I promised a photo! Thankfully, I took one because, as they say, a picture will last longer. It was GOOD pie. I confess that I ate almost half of the pie all by myself. So much for the low-carb diet.
The delay in posting of the promised pie photo is the result of my family’s long-awaited trip to Anna Maria Island, which was incredibly beautiful. The sky was this gorgeous azure, and the water was perfectly clear and aquamarine. There was a moment when the beauty of the water was overwhelming and unreal to my eyes, a solid thing, like a delicately colored piece of plexiglass. Absurd, right?
Unexpectedly, I shed tears when I first touched the water. The oil spill is on the mind of every person along the coast, even though they pretend, like our innkeeper did, that everything is wonderful as usual. I said some prayers, and we had a lovely time for the most part. Mr. B ran himself ragged and fell into bed at 9 PM every single night we were there. I wish I could figure out how to exhaust him that way at home.
The sea turtles were nesting at night, which was something I would have dearly loved to witness, but I was too tired. We did go out each night in the early evening and walk in the twilight. Every night, when the sun touched the horizon, an interesting thing happened. Every person on the beach stopped (except Mr. B, who never stops moving unless he is unconscious) and stared at the sun as it appeared to grow smaller and smaller, and then wink out below the horizon line. It occurred so rapidly, and I found this unceasingly amazing. I mean, Florida is flat, but I rarely see the completion of a sunset because we live in a tree city. I was caught up every night in that motion, startled by it each time. It made me feel very small. It’s easy to forget that we live on a enormous ball spinning in space, and then you glimpse it turning.
Blessed be, Gaia. Oshun. Yemaya.
Mr. B had a lucky day, according to reports. I arranged for him and some of his homeschool buds to go to a local blueberry farm, where they loaded up the yummy little gems. I think it’s safe to say Mr. B put more berries in his mouth than in his bucket, but he had a blast.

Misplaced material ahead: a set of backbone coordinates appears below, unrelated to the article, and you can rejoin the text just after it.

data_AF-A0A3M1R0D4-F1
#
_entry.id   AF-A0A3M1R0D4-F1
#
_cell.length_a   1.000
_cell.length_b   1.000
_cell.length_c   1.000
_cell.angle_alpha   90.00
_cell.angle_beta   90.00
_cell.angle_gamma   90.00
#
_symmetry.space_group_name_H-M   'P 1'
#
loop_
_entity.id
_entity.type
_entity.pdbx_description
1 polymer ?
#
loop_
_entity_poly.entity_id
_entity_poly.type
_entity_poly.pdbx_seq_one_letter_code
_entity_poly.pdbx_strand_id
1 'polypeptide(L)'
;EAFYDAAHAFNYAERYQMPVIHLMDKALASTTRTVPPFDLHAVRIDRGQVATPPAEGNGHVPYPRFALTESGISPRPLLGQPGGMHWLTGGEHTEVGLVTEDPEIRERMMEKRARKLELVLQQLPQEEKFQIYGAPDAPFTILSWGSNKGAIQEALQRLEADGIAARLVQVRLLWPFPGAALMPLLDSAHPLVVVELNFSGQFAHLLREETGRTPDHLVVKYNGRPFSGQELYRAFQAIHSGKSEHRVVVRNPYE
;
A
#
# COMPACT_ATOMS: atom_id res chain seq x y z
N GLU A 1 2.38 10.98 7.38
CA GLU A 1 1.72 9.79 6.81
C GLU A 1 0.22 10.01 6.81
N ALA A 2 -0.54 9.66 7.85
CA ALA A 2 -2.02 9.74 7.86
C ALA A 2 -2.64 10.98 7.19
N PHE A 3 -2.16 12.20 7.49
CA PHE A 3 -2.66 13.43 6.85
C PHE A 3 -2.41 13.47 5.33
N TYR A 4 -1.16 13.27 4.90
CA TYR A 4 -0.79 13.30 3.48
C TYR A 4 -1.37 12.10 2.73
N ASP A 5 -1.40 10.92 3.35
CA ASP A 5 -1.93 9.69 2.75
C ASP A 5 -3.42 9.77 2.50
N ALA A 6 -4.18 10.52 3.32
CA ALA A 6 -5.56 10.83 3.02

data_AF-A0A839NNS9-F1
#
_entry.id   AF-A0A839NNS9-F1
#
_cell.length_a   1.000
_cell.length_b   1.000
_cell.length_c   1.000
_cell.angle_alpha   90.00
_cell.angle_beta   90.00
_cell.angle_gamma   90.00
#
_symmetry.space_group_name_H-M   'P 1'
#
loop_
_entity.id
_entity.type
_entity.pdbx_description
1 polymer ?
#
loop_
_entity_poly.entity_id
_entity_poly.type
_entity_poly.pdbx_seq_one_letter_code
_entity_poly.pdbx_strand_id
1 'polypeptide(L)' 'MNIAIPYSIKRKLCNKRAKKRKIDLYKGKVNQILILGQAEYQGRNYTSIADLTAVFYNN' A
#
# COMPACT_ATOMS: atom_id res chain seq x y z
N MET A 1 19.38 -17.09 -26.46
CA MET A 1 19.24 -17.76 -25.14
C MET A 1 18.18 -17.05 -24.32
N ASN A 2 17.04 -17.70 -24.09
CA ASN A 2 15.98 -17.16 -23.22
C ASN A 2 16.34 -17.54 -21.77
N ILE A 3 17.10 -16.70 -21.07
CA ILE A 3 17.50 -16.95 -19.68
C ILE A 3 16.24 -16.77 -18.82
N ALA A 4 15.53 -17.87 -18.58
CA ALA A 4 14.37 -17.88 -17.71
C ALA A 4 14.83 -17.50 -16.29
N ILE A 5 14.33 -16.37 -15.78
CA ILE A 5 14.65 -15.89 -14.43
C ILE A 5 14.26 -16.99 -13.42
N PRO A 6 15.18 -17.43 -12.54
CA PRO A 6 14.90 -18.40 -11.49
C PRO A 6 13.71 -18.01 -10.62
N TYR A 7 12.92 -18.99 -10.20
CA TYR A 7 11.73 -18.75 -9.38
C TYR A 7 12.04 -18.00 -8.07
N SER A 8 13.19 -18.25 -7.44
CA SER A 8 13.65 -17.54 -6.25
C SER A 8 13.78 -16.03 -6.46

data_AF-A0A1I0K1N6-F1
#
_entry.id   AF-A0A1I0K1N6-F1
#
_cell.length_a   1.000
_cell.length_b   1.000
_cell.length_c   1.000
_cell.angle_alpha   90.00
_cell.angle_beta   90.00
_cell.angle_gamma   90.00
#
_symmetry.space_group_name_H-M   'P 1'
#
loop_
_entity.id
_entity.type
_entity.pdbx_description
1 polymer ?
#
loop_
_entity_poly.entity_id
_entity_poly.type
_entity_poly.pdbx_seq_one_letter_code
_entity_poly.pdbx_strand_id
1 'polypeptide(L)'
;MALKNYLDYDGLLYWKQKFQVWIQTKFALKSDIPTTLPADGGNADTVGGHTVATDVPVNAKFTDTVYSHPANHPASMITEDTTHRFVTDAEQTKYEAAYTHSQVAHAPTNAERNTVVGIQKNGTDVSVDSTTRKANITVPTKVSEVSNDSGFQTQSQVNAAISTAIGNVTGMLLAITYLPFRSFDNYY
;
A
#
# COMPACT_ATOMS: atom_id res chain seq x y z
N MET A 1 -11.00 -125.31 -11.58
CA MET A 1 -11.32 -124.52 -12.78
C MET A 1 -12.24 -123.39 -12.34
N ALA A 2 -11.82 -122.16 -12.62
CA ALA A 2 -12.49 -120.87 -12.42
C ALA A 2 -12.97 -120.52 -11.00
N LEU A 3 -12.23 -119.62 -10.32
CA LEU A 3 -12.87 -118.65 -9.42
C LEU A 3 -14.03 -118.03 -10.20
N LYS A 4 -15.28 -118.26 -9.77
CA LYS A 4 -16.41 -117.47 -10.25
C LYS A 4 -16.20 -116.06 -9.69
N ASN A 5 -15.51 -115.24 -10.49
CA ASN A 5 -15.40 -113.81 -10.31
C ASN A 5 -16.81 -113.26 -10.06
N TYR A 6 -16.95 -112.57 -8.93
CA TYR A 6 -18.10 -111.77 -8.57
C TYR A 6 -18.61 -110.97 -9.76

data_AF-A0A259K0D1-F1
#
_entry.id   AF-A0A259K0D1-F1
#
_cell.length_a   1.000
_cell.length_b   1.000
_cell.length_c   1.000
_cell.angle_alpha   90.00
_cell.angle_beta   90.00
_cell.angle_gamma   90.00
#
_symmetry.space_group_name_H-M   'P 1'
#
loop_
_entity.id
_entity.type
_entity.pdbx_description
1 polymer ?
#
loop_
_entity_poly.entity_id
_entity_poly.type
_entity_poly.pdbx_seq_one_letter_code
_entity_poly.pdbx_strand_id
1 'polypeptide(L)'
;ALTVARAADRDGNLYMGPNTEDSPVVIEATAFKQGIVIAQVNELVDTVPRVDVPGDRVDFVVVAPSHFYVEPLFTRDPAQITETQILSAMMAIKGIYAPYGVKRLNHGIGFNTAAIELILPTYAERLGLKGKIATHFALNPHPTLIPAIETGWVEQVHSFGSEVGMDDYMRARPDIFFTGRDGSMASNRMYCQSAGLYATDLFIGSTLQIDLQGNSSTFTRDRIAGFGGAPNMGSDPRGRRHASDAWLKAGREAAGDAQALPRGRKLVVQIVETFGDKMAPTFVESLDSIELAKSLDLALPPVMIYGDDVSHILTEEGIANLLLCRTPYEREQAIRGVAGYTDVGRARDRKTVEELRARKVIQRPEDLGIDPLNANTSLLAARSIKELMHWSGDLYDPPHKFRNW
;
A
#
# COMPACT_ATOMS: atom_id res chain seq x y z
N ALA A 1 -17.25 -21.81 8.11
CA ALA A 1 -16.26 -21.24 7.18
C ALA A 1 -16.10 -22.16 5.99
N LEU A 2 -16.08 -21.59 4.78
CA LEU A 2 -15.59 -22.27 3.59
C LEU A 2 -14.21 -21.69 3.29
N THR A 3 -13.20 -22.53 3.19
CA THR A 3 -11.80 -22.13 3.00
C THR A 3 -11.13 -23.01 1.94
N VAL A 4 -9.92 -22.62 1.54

It was blazing hot, of course, a balmy 90 degrees. When I finally sat down in the shade after an hour or so, I was startled that it took so long (about as long as it took for me to get overheated) for me to consider the contrast between my choice of recreation (blueberry picking) and the misery of farmworker labor (blueberry picking). A woman with four children in tow, one just an infant, was picking berries for the company, albeit in a different area, and I never saw her sit down for a break, especially not after such a short time. Just a thought.
The berries are amazing, though, and it was satisfying to pick them myself. It doesn’t look like much, but there’s more than four pounds in there. I may attempt to bake some sort of pie with them on Friday. There could be pictures!
Sometimes a little shutter clicks in my mind, saving a memory under the filename “What Homeschooling Looks Like.” It would make a great photo essay, if I’d really been taking photos during these moments when I was busy just living: Mr. B watching PBS in his underwear, Mr. B snoring on the floor of a dewy tent in a campground, Mr. B crouched in the hallway completing a math assignment (his favorite spot for doing homework), or Mr. B squatting on the sidewalk examining a dead lizard through a jeweler’s loupe.
Mostly, I trick him into learning stuff while trying hard to listen to a bunch of jabber about his current fixation without going crazy. Lately, it’s Ghostbusters, which is hilarious on some level. He’s constantly talking about ghosts and making up wacky scenarios about hauntings, drawing pictures, playing the videogame, and watching the movie (although that’s tapered off now, thank goodness). He even solicited a special project from my mom, the woman who can make damn near anything out of cardboard, and she constructed a proton pack that fastens to his back with straps she made out of USB lanyards. He wears it everywhere. Can you spot the intrepid heroes on the left, saving NYC?
However, sometimes I do take photos, usually after the fact, to remind myself that the frustration and sacrifice are (mostly) worth the payoff. Today, we made a bird feeding platform from a shelf that I picked up on the side of the road and an old terra cotta flowerpot dish. We installed it outside his window so he can watch birds (one of his Aspie obsessions –could be worse). He can see it from his bunk bed.
A couple of weeks ago, at Florida Pagan Gathering (happy Beltane, BTW), I took a deep breath and let Mr. B off the chain. He romped with his camp buddies and frequently disappeared from my sight, once for over an hour. I even let him participate in the so-called Celtic Games, where men and boys whack each other with boffers shaped like swords and toss big rocks. He took a beating and cheered and hollered himself hoarse, and it was probably the most fun he ever had.